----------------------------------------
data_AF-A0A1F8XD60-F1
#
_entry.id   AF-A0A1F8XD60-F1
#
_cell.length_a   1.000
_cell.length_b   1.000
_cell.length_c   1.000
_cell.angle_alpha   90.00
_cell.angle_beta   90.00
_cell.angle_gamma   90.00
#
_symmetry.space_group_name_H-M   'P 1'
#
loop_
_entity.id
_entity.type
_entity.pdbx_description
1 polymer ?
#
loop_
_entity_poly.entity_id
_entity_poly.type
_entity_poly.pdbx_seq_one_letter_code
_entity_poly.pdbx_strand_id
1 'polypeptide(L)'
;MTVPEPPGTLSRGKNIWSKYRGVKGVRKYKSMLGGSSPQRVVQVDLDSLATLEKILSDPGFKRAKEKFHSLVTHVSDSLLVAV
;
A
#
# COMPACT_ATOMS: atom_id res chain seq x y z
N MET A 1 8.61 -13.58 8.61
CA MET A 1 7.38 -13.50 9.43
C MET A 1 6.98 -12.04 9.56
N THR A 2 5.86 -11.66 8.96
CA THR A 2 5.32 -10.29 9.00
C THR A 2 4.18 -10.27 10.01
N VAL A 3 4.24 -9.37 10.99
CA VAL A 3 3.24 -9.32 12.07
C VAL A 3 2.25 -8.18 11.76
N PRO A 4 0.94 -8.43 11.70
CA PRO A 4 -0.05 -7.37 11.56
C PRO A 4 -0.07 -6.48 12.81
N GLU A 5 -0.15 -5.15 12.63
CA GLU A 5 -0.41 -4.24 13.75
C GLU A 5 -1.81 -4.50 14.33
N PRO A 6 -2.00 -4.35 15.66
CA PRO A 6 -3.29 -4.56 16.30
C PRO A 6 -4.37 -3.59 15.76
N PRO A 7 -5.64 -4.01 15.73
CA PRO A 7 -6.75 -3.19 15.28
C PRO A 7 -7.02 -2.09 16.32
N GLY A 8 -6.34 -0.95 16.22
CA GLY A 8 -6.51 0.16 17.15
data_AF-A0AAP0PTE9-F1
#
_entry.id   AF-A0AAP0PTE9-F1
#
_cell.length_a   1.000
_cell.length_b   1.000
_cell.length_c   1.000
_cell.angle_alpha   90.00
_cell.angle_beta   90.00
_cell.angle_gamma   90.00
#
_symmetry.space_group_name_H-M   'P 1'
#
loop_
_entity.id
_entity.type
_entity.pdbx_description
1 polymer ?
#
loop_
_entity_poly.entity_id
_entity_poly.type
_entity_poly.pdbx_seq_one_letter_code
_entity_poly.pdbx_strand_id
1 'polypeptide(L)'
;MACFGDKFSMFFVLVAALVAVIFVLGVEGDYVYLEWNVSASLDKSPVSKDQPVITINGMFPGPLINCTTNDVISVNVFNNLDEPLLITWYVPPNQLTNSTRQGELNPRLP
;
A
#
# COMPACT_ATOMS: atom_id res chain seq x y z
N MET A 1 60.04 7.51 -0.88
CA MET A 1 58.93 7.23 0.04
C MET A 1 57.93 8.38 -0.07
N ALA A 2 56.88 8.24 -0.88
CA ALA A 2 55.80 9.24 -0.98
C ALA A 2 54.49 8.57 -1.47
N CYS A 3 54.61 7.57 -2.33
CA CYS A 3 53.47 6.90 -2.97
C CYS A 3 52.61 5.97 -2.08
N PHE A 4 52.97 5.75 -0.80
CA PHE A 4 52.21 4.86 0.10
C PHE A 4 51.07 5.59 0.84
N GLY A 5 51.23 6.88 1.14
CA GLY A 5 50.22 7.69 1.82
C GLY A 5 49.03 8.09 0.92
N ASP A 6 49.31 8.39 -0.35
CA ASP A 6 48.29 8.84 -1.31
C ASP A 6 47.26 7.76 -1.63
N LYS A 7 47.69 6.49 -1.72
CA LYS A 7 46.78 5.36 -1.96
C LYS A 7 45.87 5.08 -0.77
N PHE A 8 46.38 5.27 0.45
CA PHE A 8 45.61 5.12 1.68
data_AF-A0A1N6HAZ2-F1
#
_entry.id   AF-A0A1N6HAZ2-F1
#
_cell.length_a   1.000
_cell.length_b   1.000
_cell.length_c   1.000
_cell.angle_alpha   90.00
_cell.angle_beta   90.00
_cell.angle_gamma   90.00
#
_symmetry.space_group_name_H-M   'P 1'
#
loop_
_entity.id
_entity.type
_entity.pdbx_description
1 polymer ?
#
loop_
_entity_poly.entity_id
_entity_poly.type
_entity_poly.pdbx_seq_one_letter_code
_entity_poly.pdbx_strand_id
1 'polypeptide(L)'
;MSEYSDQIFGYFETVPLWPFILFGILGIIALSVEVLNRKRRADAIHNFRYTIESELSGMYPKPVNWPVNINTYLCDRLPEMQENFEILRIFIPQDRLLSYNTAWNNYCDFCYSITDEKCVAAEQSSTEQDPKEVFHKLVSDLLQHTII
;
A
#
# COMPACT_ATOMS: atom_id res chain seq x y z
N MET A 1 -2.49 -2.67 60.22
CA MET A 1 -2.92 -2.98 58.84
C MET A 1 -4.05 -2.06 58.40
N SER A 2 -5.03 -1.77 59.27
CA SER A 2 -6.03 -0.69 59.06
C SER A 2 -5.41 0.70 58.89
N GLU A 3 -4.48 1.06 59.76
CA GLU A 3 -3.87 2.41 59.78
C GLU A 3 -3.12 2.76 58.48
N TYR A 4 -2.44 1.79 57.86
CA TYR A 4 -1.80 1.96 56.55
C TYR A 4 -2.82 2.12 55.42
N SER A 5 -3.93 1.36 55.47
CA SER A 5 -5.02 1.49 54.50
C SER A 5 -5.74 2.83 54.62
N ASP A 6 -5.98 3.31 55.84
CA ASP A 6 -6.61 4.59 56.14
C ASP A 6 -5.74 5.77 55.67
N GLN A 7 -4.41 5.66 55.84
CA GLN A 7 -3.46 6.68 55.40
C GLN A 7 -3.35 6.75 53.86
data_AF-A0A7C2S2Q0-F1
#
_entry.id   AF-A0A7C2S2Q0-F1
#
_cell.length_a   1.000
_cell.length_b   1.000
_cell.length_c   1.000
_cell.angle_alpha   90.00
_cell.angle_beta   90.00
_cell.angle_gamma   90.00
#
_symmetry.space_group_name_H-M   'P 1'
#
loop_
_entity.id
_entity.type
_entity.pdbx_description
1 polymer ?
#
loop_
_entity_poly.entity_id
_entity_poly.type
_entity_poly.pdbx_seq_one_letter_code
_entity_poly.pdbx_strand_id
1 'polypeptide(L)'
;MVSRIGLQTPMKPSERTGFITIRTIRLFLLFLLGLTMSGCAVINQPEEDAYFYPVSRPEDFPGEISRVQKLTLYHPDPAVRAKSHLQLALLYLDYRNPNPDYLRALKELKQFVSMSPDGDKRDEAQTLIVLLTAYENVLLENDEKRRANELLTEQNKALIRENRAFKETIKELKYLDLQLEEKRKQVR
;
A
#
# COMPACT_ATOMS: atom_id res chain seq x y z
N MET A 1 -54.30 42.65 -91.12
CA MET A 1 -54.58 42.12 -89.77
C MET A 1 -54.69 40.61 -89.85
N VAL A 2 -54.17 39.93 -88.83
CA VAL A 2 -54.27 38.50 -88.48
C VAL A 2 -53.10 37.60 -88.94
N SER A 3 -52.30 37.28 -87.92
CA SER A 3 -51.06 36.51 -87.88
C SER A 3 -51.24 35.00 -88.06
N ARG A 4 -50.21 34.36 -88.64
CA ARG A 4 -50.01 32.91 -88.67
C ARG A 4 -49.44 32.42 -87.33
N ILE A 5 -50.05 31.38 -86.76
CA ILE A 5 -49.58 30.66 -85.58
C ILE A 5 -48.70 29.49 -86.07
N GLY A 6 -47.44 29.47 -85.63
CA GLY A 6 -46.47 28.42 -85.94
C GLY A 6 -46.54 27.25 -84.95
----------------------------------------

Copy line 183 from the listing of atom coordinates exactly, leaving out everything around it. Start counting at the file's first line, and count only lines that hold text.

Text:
;MVSRIGLQTPMKPSERTGFITIRTIRLFLLFLLGLTMSGCAVINQPEEDAYFYPVSRPEDFPGEISRVQKLTLYHPDPAVRAKSHLQLALLYLDYRNPNPDYLRALKELKQFVSMSPDGDKRDEAQTLIVLLTAYENVLLENDEKRRANELLTEQNKALIRENRAFKETIKELKYLDLQLEEKRKQVR